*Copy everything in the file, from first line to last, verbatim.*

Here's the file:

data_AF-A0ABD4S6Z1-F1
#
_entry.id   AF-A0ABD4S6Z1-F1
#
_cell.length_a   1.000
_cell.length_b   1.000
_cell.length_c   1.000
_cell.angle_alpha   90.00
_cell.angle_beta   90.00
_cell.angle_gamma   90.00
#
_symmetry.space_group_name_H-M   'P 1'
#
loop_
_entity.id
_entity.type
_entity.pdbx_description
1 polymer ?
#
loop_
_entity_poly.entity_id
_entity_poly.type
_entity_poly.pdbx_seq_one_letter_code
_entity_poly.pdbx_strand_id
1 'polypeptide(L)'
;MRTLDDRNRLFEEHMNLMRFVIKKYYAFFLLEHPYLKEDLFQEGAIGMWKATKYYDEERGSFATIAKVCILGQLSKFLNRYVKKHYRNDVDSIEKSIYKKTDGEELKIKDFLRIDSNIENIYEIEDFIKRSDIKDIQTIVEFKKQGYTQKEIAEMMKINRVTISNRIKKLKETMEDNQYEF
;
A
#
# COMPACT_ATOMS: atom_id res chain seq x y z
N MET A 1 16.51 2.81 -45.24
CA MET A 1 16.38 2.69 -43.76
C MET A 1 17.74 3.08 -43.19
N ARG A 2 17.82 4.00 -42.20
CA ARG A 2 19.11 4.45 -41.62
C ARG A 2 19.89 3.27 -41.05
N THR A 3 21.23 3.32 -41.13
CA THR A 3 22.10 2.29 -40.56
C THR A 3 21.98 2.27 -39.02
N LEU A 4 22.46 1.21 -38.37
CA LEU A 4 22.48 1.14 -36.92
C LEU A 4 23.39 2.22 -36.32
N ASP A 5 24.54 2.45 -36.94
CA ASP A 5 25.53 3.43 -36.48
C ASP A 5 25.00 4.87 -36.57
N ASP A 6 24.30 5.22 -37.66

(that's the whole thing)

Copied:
data_AF-A0ABD4S6Z1-F1
#
_entry.id   AF-A0ABD4S6Z1-F1
#
_cell.length_a   1.000
_cell.length_b   1.000
_cell.length_c   1.000
_cell.angle_alpha   90.00
_cell.angle_beta   90.00
_cell.angle_gamma   90.00
#
_symmetry.space_group_name_H-M   'P 1'
#
loop_
_entity.id
_entity.type
_entity.pdbx_description
1 polymer ?
#
loop_
_entity_poly.entity_id
_entity_poly.type
_entity_poly.pdbx_seq_one_letter_code
_entity_poly.pdbx_strand_id
1 'polypeptide(L)'
;MRTLDDRNRLFEEHMNLMRFVIKKYYAFFLLEHPYLKEDLFQEGAIGMWKATKYYDEERGSFATIAKVCILGQLSKFLNRYVKKHYRNDVDSIEKSIYKKTDGEELKIKDFLRIDSNIENIYEIEDFIKRSDIKDIQTIVEFKKQGYTQKEIAEMMKINRVTISNRIKKLKETMEDNQYEF
;
A
#
# COMPACT_ATOMS: atom_id res chain seq x y z
N MET A 1 16.51 2.81 -45.24
CA MET A 1 16.38 2.69 -43.76
C MET A 1 17.74 3.08 -43.19
N ARG A 2 17.82 4.00 -42.20
CA ARG A 2 19.11 4.45 -41.62
C ARG A 2 19.89 3.27 -41.05
N THR A 3 21.23 3.32 -41.13
CA THR A 3 22.10 2.29 -40.56
C THR A 3 21.98 2.27 -39.02
N LEU A 4 22.46 1.21 -38.37
CA LEU A 4 22.48 1.14 -36.92
C LEU A 4 23.39 2.22 -36.32
N ASP A 5 24.54 2.45 -36.94
CA ASP A 5 25.53 3.43 -36.48
C ASP A 5 25.00 4.87 -36.57
N ASP A 6 24.30 5.22 -37.66